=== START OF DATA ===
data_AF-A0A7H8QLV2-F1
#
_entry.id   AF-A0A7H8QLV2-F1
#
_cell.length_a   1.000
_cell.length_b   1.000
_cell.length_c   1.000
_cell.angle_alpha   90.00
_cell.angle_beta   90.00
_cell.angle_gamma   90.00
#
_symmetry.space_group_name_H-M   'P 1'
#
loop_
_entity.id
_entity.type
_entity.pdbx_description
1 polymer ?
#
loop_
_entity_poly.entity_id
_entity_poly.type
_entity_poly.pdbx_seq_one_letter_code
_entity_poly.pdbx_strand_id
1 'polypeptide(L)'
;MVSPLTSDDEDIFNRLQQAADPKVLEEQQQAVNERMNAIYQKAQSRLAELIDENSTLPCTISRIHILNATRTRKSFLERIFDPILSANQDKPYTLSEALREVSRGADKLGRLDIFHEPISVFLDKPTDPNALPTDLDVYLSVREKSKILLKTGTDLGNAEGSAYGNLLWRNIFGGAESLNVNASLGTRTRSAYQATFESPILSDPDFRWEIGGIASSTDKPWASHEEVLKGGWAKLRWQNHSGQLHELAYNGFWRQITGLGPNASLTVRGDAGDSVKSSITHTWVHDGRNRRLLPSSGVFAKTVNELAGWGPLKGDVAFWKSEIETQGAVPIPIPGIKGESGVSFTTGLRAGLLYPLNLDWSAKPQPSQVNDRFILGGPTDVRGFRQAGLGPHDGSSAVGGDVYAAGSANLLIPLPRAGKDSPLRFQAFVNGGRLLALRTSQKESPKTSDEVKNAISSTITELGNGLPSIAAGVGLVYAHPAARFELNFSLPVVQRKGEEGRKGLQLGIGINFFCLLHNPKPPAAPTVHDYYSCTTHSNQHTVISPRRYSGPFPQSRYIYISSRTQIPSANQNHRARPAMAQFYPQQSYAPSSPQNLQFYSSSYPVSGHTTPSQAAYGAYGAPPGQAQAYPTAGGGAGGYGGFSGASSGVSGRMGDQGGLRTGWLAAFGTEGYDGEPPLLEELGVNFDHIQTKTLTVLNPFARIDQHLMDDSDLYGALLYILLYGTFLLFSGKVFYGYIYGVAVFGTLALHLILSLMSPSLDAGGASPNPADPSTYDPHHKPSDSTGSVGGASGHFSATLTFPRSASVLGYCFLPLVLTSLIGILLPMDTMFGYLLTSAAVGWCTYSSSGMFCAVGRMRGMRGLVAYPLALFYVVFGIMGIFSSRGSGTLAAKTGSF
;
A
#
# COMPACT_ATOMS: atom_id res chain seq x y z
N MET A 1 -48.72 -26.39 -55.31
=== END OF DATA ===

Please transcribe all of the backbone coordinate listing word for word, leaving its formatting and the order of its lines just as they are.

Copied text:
data_AF-A0A7H8QLV2-F1
#
_entry.id   AF-A0A7H8QLV2-F1
#
_cell.length_a   1.000
_cell.length_b   1.000
_cell.length_c   1.000
_cell.angle_alpha   90.00
_cell.angle_beta   90.00
_cell.angle_gamma   90.00
#
_symmetry.space_group_name_H-M   'P 1'
#
loop_
_entity.id
_entity.type
_entity.pdbx_description
1 polymer ?
#
loop_
_entity_poly.entity_id
_entity_poly.type
_entity_poly.pdbx_seq_one_letter_code
_entity_poly.pdbx_strand_id
1 'polypeptide(L)'
;MVSPLTSDDEDIFNRLQQAADPKVLEEQQQAVNERMNAIYQKAQSRLAELIDENSTLPCTISRIHILNATRTRKSFLERIFDPILSANQDKPYTLSEALREVSRGADKLGRLDIFHEPISVFLDKPTDPNALPTDLDVYLSVREKSKILLKTGTDLGNAEGSAYGNLLWRNIFGGAESLNVNASLGTRTRSAYQATFESPILSDPDFRWEIGGIASSTDKPWASHEEVLKGGWAKLRWQNHSGQLHELAYNGFWRQITGLGPNASLTVRGDAGDSVKSSITHTWVHDGRNRRLLPSSGVFAKTVNELAGWGPLKGDVAFWKSEIETQGAVPIPIPGIKGESGVSFTTGLRAGLLYPLNLDWSAKPQPSQVNDRFILGGPTDVRGFRQAGLGPHDGSSAVGGDVYAAGSANLLIPLPRAGKDSPLRFQAFVNGGRLLALRTSQKESPKTSDEVKNAISSTITELGNGLPSIAAGVGLVYAHPAARFELNFSLPVVQRKGEEGRKGLQLGIGINFFCLLHNPKPPAAPTVHDYYSCTTHSNQHTVISPRRYSGPFPQSRYIYISSRTQIPSANQNHRARPAMAQFYPQQSYAPSSPQNLQFYSSSYPVSGHTTPSQAAYGAYGAPPGQAQAYPTAGGGAGGYGGFSGASSGVSGRMGDQGGLRTGWLAAFGTEGYDGEPPLLEELGVNFDHIQTKTLTVLNPFARIDQHLMDDSDLYGALLYILLYGTFLLFSGKVFYGYIYGVAVFGTLALHLILSLMSPSLDAGGASPNPADPSTYDPHHKPSDSTGSVGGASGHFSATLTFPRSASVLGYCFLPLVLTSLIGILLPMDTMFGYLLTSAAVGWCTYSSSGMFCAVGRMRGMRGLVAYPLALFYVVFGIMGIFSSRGSGTLAAKTGSF
;
A
#
# COMPACT_ATOMS: atom_id res chain seq x y z
N MET A 1 -48.72 -26.39 -55.31